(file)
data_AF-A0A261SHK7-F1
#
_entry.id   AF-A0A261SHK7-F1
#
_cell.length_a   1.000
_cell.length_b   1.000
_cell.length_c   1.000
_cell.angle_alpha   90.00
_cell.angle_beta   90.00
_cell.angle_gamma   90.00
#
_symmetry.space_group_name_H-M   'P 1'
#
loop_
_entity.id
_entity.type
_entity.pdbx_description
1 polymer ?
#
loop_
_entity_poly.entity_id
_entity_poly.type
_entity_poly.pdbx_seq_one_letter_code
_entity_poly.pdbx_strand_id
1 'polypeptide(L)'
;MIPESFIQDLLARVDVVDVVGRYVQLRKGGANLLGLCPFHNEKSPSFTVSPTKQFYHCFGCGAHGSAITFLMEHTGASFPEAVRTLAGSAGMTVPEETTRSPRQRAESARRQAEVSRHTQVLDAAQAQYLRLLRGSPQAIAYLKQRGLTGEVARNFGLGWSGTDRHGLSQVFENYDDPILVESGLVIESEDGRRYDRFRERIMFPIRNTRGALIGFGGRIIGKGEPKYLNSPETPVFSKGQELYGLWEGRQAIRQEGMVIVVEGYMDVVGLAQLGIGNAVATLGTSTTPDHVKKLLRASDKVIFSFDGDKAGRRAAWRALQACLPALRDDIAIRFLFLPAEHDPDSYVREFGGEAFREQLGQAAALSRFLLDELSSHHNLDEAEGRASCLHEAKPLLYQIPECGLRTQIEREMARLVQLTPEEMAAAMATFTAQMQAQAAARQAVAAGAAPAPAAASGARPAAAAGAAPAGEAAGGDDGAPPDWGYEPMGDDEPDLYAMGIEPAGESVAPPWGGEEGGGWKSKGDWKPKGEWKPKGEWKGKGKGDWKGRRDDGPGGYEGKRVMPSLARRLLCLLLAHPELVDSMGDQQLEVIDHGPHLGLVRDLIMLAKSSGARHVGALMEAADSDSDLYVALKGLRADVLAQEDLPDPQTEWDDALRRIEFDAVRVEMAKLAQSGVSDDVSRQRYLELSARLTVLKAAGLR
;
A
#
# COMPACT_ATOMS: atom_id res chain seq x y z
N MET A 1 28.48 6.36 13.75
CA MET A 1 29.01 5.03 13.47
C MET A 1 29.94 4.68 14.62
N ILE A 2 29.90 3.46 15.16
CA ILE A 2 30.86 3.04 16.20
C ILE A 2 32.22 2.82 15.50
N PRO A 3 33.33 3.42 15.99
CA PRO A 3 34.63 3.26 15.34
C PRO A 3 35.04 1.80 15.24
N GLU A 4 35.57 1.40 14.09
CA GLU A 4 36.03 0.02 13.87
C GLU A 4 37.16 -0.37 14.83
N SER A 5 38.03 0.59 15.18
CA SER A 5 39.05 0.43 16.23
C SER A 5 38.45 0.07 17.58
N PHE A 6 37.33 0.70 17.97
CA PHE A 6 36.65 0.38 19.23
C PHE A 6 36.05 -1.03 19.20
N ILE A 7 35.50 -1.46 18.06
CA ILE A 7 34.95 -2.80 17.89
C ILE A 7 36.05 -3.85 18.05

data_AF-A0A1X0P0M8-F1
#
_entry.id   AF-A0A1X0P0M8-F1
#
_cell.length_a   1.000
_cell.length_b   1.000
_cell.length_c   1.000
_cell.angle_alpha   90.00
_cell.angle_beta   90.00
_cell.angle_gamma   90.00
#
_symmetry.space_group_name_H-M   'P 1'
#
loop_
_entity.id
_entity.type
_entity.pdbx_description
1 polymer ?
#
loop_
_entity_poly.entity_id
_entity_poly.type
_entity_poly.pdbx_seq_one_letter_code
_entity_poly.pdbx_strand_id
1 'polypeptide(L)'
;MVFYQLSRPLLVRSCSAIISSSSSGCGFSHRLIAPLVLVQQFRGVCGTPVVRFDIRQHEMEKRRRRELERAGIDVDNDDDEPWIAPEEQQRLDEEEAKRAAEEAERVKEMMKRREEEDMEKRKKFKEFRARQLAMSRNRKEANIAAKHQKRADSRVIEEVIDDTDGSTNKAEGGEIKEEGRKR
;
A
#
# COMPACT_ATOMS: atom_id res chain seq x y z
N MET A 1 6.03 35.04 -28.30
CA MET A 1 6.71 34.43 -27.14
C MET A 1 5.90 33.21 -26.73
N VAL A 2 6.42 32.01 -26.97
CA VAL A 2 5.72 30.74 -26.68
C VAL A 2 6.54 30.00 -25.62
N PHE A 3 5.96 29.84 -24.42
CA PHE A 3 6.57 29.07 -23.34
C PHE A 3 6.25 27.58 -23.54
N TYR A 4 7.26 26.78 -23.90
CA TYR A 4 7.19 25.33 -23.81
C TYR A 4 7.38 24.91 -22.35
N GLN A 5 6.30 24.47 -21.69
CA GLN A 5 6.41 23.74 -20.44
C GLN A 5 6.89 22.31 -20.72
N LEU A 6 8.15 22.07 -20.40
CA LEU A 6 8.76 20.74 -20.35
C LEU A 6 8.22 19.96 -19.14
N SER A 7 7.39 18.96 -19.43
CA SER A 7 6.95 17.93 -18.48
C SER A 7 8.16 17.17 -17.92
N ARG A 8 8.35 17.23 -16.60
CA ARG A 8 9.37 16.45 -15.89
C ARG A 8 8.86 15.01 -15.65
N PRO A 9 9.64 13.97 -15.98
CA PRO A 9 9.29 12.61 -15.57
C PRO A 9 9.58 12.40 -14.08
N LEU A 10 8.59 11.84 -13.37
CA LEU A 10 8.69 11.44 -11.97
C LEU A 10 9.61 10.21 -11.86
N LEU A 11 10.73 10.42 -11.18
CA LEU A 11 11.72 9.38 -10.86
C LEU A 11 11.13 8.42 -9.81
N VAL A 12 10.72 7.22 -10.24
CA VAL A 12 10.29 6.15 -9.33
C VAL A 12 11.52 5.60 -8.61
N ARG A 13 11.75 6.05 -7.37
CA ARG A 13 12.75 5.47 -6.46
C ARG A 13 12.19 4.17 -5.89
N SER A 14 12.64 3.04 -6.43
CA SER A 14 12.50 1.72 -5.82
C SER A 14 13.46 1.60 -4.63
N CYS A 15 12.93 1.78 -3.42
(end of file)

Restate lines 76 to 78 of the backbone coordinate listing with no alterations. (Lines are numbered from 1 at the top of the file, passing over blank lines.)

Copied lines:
1 'polypeptide(L)'
;MVFYQLSRPLLVRSCSAIISSSSSGCGFSHRLIAPLVLVQQFRGVCGTPVVRFDIRQHEMEKRRRRELERAGIDVDNDDDEPWIAPEEQQRLDEEEAKRAAEEAERVKEMMKRREEEDMEKRKKFKEFRARQLAMSRNRKEANIAAKHQKRADSRVIEEVIDDTDGSTNKAEGGEIKEEGRKR
;